In homage to this well-thought-out (sarcasm) decision, I bring you the following, courtesy of Tamara:
(Now, if I could only afford a good one… 😦 )
Real News Reporter shares with us an essay by Brandon Smith of Alt-Market
The Constitution of the United States is an undeniably powerful document. So powerful in fact, that it took establishment elitists with aspirations of globalized governance over a century to diminish the American people’s connection to it. It’s been a long time coming, but in the new millennium, there is now indeed a subsection of the masses that not only have no relationship to our founding roots, they actually despise those of us who do!
Including the following video, wherein a New Hampshire politician voices his opposition to libertarians moving into his State:
The essay IS a worthy read!
I used to live in Central Phoenix – I lived in Central Phoenix for 31 years. Most of my childhood however, was spent in a ‘suburb’ of Phoenix to the S.E., the location of Arizona State University, Tempe.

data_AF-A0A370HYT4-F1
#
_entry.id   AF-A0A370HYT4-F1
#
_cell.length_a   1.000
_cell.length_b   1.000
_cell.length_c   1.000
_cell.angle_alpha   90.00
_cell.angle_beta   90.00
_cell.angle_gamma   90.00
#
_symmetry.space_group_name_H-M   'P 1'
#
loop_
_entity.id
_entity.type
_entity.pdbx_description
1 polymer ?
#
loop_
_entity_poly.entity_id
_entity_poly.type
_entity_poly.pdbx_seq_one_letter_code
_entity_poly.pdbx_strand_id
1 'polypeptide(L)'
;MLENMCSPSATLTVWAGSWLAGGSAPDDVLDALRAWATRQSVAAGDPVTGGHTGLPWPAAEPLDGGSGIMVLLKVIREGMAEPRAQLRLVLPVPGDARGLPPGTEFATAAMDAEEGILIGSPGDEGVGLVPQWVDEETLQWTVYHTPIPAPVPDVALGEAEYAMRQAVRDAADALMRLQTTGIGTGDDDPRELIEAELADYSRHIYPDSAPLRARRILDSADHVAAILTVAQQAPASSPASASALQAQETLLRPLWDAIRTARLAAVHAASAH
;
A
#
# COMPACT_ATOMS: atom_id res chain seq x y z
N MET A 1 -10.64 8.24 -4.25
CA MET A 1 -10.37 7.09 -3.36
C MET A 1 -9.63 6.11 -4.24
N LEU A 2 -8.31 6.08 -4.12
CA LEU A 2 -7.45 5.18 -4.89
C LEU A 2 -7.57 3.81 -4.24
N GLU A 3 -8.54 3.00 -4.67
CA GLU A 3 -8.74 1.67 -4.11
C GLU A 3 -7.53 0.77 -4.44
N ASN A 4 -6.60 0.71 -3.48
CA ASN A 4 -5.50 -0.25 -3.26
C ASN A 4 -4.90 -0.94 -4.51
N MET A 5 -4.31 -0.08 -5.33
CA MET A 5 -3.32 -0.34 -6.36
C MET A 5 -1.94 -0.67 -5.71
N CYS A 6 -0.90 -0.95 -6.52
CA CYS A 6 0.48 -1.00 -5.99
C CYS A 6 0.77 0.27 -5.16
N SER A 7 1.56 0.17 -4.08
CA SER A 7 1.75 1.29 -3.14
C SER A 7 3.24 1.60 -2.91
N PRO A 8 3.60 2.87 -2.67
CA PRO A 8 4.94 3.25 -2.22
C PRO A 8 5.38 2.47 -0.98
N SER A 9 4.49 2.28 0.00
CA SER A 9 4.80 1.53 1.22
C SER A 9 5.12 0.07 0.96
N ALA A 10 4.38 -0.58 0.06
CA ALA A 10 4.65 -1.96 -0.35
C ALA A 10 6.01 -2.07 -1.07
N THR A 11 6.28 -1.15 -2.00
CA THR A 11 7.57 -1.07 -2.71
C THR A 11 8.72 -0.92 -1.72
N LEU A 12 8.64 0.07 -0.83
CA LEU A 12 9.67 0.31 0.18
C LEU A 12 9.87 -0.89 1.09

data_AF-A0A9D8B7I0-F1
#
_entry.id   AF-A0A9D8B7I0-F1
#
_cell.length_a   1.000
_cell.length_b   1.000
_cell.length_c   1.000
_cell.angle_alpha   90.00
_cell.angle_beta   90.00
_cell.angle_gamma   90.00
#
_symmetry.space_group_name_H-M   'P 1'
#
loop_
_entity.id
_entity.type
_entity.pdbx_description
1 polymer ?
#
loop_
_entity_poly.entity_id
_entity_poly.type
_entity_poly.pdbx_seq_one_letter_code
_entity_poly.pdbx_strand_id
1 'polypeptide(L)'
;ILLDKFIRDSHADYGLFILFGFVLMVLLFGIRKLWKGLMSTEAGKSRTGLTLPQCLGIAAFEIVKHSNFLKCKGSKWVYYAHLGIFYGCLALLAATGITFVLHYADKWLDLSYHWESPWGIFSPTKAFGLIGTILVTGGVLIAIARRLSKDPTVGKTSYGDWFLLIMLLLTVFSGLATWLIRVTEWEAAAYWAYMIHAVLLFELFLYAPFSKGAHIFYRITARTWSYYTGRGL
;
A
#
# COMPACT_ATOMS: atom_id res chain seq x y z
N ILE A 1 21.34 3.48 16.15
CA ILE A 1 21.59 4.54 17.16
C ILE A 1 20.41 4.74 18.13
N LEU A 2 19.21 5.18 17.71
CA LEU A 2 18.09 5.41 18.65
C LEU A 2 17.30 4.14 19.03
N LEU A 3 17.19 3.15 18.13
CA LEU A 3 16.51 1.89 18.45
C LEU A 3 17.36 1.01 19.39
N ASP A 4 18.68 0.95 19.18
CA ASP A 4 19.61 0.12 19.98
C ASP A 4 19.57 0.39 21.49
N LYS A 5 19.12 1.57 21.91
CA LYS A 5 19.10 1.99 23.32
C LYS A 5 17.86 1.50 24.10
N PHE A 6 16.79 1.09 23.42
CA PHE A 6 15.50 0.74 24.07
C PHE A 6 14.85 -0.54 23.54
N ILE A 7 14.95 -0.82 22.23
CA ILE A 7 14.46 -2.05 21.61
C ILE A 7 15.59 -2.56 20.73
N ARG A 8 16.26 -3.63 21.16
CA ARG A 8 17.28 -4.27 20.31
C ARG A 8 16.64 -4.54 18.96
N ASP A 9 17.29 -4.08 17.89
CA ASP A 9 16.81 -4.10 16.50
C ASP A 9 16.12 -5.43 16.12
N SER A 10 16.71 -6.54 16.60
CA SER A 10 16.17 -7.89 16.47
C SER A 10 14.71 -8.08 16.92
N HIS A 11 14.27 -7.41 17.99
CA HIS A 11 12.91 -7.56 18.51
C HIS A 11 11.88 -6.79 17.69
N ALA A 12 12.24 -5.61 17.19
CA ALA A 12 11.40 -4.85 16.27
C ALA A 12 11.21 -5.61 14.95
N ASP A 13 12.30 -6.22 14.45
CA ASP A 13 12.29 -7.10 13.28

I lived there from when my dad married my stepmom, until I got married and we found a house.
So the prodigal resident returns. Tempe is surrounded by Phoenix, Chandler, Scottsdale and Mesa, so it’s land locked. No more outward growth. It used to be a college/farm town. Now it’s just college. But the population has more than doubled in the past 31 years. And building has grown taller to take the growth.
Coincidentally, my new digs were built in 1981, an expanse of the the town to the South, when it was all previously either cotton or alfalfa. This newer part of town is largely foreign to me, so it’s like moving to a new city, kinda.
I’m now sharing a townhouse. No outside maintenance, but with a communal swimming pool, and community mailbox. So, it’s a mixed bag.
Hopefully, we’ll save some money, though.
When I had my own PI license, much of my work was for insurance adjusters locating people who had been held responsible for an accident, but had ‘skipped’ to avoid paying for their responsibility.